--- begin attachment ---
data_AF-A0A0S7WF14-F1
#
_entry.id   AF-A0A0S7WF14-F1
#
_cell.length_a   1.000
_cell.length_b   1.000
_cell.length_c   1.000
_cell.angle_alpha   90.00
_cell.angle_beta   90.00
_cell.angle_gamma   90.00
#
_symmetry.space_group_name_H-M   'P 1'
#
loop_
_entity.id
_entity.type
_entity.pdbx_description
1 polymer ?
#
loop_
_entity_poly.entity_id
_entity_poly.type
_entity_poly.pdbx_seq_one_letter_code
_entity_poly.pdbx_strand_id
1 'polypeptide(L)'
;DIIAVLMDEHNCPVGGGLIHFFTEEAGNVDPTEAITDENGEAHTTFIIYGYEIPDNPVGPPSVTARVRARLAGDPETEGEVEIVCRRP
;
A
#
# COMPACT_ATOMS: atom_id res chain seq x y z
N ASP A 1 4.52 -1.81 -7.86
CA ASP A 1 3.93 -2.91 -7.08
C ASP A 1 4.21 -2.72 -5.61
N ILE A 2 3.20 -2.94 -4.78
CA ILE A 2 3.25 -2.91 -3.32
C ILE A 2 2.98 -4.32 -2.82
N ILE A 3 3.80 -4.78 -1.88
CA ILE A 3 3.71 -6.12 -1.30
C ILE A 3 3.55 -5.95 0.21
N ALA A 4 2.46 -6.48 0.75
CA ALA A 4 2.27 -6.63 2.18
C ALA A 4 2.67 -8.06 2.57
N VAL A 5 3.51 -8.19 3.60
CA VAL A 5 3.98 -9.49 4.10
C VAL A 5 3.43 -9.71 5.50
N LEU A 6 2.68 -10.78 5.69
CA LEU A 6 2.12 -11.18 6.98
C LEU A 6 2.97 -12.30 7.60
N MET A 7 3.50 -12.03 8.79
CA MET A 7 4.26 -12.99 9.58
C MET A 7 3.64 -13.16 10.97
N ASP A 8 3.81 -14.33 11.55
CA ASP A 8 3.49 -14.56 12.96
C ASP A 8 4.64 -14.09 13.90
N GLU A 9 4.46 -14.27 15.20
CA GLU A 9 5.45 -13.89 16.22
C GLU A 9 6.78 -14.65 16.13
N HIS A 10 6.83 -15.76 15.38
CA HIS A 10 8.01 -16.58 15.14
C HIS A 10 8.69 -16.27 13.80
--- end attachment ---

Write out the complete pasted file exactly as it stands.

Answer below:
data_AF-A0A0S7WF14-F1
#
_entry.id   AF-A0A0S7WF14-F1
#
_cell.length_a   1.000
_cell.length_b   1.000
_cell.length_c   1.000
_cell.angle_alpha   90.00
_cell.angle_beta   90.00
_cell.angle_gamma   90.00
#
_symmetry.space_group_name_H-M   'P 1'
#
loop_
_entity.id
_entity.type
_entity.pdbx_description
1 polymer ?
#
loop_
_entity_poly.entity_id
_entity_poly.type
_entity_poly.pdbx_seq_one_letter_code
_entity_poly.pdbx_strand_id
1 'polypeptide(L)'
;DIIAVLMDEHNCPVGGGLIHFFTEEAGNVDPTEAITDENGEAHTTFIIYGYEIPDNPVGPPSVTARVRARLAGDPETEGEVEIVCRRP
;
A
#
# COMPACT_ATOMS: atom_id res chain seq x y z
N ASP A 1 4.52 -1.81 -7.86
CA ASP A 1 3.93 -2.91 -7.08
C ASP A 1 4.21 -2.72 -5.61
N ILE A 2 3.20 -2.94 -4.78
CA ILE A 2 3.25 -2.91 -3.32
C ILE A 2 2.98 -4.32 -2.82
N ILE A 3 3.80 -4.78 -1.88
CA ILE A 3 3.71 -6.12 -1.30
C ILE A 3 3.55 -5.95 0.21
N ALA A 4 2.46 -6.48 0.75
CA ALA A 4 2.27 -6.63 2.18
C ALA A 4 2.67 -8.06 2.57
N VAL A 5 3.51 -8.19 3.60
CA VAL A 5 3.98 -9.49 4.10
C VAL A 5 3.43 -9.71 5.50
N LEU A 6 2.68 -10.78 5.69
CA LEU A 6 2.12 -11.18 6.98
C LEU A 6 2.97 -12.30 7.60
N MET A 7 3.50 -12.03 8.79
CA MET A 7 4.26 -12.99 9.58
C MET A 7 3.64 -13.16 10.97
N ASP A 8 3.81 -14.33 11.55
CA ASP A 8 3.49 -14.56 12.96
C ASP A 8 4.64 -14.09 13.90
N GLU A 9 4.46 -14.27 15.20
CA GLU A 9 5.45 -13.89 16.22
C GLU A 9 6.78 -14.65 16.13
N HIS A 10 6.83 -15.76 15.38
CA HIS A 10 8.01 -16.58 15.14
C HIS A 10 8.69 -16.27 13.80